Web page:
DENVER – By clout or by drought, Joe Panik and Pablo Sandoval both scrawled their names into the Giants’ record books in an 11-3 victory Wednesday night.
First, the drought: Sandoval came off the bench, waggled his bat and rocked his weight forward. He was sitting on a streak of 36 hitless at-bats, matching the longest by a Giant since the franchise moved to Seals Stadium in 1958.
The streak belongs solely to the Panda now, and here was the most unexpected part of his pinch strikeout in the sixth inning against the Colorado Rockies: the player who spent a decade swinging at everything, whose eye-hand coordination knew no limitations, who could barrel up pitches at neck level or on his shoe tops or so far outside that a canoe paddle would serve him better, instead watched as the third strike popped into the catcher’s mitt.
Sandoval broke the franchise record that Johnnie LeMaster had so fittingly held since 1984. LeMaster was such a light-hitting infielder that he once wore “BOO” on the back of his jersey in response to heckling fans.
By extreme contrast, Panik conjured memories of a different name in franchise lore while setting a franchise record with 12 hits in a three-game series.
He went 5 for 6 on Wednesday and his final single up the middle broke the previous record set when Mike Benjamin memorably went 11 for 16 at Wrigley Field in 1995. (Benjamin preceded that series against the Cubs with a four-hit game at Candlestick Park; his 14 hits over a three-game span remains a major league record.)
Hall of Famers Freddie Lindstrom and Bill Terry also collected 11 hits in a three-game series during the franchise’s New York era.
In two weeks’ time, Panik has gone from the concussion list to unconscious at the plate. He sprayed hits to every corner of Coors Field while going 3 for 4 on Monday, 4 for 5 on Tuesday and then adding two doubles and two three singles in six at-bats on Wednesday.
And here’s proof that baseball is a savage game: Panik also became the first Giant with 10 hits in a three-game series since Sandoval did it against the Cincinnati Reds in 2010.
It is hard to envision Sandoval in a Giants uniform much longer, even if the Giants can have him for the minimum salary for the next two years. But prior to the game, Giants manager Bruce Bochy hinted that the experiment would continue, and that Sandoval, after getting a day off against a left-handed pitcher at Coors Field, would return to the lineup Friday in a road series opener against the Chicago White Sox.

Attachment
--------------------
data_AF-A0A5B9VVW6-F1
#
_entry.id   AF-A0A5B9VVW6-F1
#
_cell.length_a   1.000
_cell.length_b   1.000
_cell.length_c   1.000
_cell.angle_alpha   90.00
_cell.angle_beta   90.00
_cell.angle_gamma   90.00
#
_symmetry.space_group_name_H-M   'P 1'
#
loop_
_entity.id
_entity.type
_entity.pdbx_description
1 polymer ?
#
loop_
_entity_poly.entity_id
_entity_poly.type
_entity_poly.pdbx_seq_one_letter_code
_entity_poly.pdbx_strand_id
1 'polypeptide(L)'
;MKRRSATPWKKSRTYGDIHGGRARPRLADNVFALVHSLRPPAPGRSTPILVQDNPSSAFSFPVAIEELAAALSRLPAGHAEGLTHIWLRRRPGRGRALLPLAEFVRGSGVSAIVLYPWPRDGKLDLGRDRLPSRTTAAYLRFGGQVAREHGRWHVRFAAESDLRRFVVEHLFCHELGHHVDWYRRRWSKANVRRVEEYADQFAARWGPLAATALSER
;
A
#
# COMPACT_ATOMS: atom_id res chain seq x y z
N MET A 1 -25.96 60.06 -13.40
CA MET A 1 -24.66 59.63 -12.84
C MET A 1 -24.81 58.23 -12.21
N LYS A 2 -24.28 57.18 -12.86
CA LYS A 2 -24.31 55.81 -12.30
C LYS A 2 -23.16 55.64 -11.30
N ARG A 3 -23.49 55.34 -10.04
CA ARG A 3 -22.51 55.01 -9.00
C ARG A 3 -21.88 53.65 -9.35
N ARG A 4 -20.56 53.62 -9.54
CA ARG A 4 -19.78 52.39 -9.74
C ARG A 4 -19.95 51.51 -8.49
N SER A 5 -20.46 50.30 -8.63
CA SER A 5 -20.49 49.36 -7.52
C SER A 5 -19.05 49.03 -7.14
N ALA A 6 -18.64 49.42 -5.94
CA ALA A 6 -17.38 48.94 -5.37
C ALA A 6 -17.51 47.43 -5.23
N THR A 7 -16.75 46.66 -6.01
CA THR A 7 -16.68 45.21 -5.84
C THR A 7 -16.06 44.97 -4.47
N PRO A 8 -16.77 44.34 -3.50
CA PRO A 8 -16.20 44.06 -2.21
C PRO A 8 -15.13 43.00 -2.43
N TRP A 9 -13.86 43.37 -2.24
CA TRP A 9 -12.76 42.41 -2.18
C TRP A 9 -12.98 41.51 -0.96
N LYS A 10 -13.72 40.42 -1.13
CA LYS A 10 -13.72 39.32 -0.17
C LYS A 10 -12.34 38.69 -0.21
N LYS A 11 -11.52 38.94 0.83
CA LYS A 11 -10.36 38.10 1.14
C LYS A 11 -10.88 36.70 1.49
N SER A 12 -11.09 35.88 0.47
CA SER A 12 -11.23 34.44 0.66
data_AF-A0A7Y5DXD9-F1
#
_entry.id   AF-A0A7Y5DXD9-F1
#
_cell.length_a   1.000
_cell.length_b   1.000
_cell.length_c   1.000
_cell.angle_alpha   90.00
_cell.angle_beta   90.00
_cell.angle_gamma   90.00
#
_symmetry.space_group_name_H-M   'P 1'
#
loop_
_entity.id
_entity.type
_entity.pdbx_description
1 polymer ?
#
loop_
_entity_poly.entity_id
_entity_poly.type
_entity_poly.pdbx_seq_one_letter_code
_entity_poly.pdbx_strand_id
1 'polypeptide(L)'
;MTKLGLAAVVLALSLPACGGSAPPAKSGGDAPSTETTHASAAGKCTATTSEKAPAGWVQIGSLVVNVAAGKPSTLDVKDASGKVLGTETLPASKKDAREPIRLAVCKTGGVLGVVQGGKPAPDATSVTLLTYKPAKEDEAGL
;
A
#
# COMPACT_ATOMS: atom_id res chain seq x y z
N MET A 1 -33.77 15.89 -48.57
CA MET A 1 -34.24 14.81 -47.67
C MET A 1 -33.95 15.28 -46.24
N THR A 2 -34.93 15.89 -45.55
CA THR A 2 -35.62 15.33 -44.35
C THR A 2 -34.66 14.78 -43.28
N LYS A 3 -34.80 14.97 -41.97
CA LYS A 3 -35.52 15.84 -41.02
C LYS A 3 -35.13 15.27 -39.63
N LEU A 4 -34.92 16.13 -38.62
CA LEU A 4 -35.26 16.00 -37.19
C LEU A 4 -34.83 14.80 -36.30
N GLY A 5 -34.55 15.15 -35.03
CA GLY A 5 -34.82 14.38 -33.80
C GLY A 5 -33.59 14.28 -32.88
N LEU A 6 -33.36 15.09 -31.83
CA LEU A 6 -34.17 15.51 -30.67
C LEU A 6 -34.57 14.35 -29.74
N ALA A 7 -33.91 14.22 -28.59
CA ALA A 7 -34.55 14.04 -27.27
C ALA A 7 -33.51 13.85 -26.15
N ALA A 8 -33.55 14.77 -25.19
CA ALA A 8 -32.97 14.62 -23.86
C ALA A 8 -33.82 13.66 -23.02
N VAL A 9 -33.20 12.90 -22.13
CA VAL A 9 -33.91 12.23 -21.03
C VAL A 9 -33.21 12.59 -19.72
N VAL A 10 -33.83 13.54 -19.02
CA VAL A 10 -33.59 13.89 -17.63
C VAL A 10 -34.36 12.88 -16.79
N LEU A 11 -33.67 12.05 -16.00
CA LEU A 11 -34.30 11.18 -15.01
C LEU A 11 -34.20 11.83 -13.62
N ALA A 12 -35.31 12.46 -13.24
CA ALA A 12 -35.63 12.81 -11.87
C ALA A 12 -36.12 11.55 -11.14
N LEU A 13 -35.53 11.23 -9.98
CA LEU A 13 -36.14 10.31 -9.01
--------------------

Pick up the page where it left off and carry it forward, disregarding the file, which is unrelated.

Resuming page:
First, the Giants will have a day off to savor their only victory in 10 games at Coors Field this season. Joe Panik was the anti-Panda and Johnny Cueto struck out seven while spinning five encouraging innings in a ballpark where pitchers often have trouble gripping the ball.
The lineup didn’t suffer on a night when Buster Posey got the day off because of a hand contusion. Austin Slater ripped a two-out, bases-loaded single on the first big league pitch he’d seen in two months and Mac Williamson launched a pinch home run as Cueto won his first decision since June 30.
Panik entered the series hitting .267. He departed with a .285 average. He credited a suggestion from hitting coach Hensley “Bam Bam” Meulens, who advised him to choke up a half-inch to lighten up the bat and gain some bat speed.
“You know what? It is (gratifying), especially in September and after the concussion,” Panik said. “I have the opportunity to get back out there and be healthy, and we’ve all talked about playing for each other, and you want to finish strong. So to get on a little hot streak is never a bad thing.”
This was the kind of little hot streak that required helicopters dropping flame retardant. The Giants rallied in the ninth to get Panik one more at-bat, and he came through with the record breaker.
“I’m very encouraged with how he’s come back from the concussion,” Giants manager Bruce Bochy said prior to the game. He’s obviously seeing the ball well right now, and you’re seeing the really good Joe Panik. He’s driving the ball and hitting to all fields.
“Joe is pretty consistent and he doesn’t let a skid go too long. He’s a simple swing guy. But when he gets going, you get what you’re seeing now.”
It is easily overlooked on a team with so many core players signed to long-term contracts, but Panik has the most to gain financially from shoring up his numbers in September. He’ll be arbitration-eligible for the first time – he missed qualifying last year by a few weeks of service time – and every little bit helps in negotiations.
Panik also knows this: Giants executive vice president Brian Sabean and GM Bobby Evans have said that they will have to be creative as they seek to salvage rather than scuttle a last-place roster to contend in 2018 – and that means listening to trade overtures for players they consider part of their core.
With no long-term salary obligations weighing down his value, Panik would be among the more flexible and attractive assets that other clubs would seek to acquire as the Giants try to address a glaring need in center field, the left side of the bullpen and a lineup that lacks right-handed power.
Those salary obligations – the Giants have more than $100 million committed even as far away as the 2020 season — also make Panik’s prospects hazy for a multiyear contract.
“I try not to think about it, but obviously it’s in the back of your mind,” Panik said. “You see how the roster is constructed. … When it comes down to it, I’m really happy here. I love the Bay Area. My wife loves the Bay Area. If something happens in the offseason, then it happens.
“I’m really just trying to keep playing hard because when it comes down to it, I’m a competitor. I don’t want to give an inch to anyone.”